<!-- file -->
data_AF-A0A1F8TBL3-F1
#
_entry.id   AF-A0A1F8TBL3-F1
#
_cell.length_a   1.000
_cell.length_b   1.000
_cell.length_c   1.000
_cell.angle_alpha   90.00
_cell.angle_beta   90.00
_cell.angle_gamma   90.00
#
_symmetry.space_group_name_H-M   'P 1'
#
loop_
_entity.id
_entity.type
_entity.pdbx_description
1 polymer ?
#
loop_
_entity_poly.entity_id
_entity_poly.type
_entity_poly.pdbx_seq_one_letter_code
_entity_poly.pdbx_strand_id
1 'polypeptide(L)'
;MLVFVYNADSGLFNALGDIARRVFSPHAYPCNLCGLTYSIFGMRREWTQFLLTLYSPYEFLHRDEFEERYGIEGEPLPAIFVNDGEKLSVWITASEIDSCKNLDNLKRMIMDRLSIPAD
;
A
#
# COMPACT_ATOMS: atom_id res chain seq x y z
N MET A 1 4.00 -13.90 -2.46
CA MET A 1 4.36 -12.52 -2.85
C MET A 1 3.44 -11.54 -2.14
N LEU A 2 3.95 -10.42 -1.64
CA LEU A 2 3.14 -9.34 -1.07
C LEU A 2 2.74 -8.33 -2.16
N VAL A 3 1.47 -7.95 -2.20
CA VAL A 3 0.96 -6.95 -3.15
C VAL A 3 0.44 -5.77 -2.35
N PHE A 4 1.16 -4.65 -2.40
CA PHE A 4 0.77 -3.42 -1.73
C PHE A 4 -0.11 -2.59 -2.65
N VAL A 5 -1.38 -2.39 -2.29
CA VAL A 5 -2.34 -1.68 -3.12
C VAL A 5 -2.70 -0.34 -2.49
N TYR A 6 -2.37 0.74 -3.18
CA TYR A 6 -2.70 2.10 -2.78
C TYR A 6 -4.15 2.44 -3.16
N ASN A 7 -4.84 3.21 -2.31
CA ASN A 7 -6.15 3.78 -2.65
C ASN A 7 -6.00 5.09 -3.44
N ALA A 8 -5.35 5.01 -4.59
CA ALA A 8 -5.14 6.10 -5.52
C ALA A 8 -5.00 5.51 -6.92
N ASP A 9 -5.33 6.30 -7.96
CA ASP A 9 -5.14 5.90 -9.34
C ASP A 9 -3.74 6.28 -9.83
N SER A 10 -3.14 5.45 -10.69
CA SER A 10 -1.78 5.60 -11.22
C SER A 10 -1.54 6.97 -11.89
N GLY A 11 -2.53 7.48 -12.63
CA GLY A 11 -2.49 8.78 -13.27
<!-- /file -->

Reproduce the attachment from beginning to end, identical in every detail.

data_AF-A0A1F8TBL3-F1
#
_entry.id   AF-A0A1F8TBL3-F1
#
_cell.length_a   1.000
_cell.length_b   1.000
_cell.length_c   1.000
_cell.angle_alpha   90.00
_cell.angle_beta   90.00
_cell.angle_gamma   90.00
#
_symmetry.space_group_name_H-M   'P 1'
#
loop_
_entity.id
_entity.type
_entity.pdbx_description
1 polymer ?
#
loop_
_entity_poly.entity_id
_entity_poly.type
_entity_poly.pdbx_seq_one_letter_code
_entity_poly.pdbx_strand_id
1 'polypeptide(L)'
;MLVFVYNADSGLFNALGDIARRVFSPHAYPCNLCGLTYSIFGMRREWTQFLLTLYSPYEFLHRDEFEERYGIEGEPLPAIFVNDGEKLSVWITASEIDSCKNLDNLKRMIMDRLSIPAD
;
A
#
# COMPACT_ATOMS: atom_id res chain seq x y z
N MET A 1 4.00 -13.90 -2.46
CA MET A 1 4.36 -12.52 -2.85
C MET A 1 3.44 -11.54 -2.14
N LEU A 2 3.95 -10.42 -1.64
CA LEU A 2 3.14 -9.34 -1.07
C LEU A 2 2.74 -8.33 -2.16
N VAL A 3 1.47 -7.95 -2.20
CA VAL A 3 0.96 -6.95 -3.15
C VAL A 3 0.44 -5.77 -2.35
N PHE A 4 1.16 -4.65 -2.40
CA PHE A 4 0.77 -3.42 -1.73
C PHE A 4 -0.11 -2.59 -2.65
N VAL A 5 -1.38 -2.39 -2.29
CA VAL A 5 -2.34 -1.68 -3.12
C VAL A 5 -2.70 -0.34 -2.49
N TYR A 6 -2.37 0.74 -3.18
CA TYR A 6 -2.70 2.10 -2.78
C TYR A 6 -4.15 2.44 -3.16
N ASN A 7 -4.84 3.21 -2.31
CA ASN A 7 -6.15 3.78 -2.65
C ASN A 7 -6.00 5.09 -3.44
N ALA A 8 -5.35 5.01 -4.59
CA ALA A 8 -5.14 6.10 -5.52
C ALA A 8 -5.00 5.51 -6.92
N ASP A 9 -5.33 6.30 -7.96
CA ASP A 9 -5.14 5.90 -9.34
C ASP A 9 -3.74 6.28 -9.83
N SER A 10 -3.14 5.45 -10.69
CA SER A 10 -1.78 5.60 -11.22
C SER A 10 -1.54 6.97 -11.89
N GLY A 11 -2.53 7.48 -12.63
CA GLY A 11 -2.49 8.78 -13.27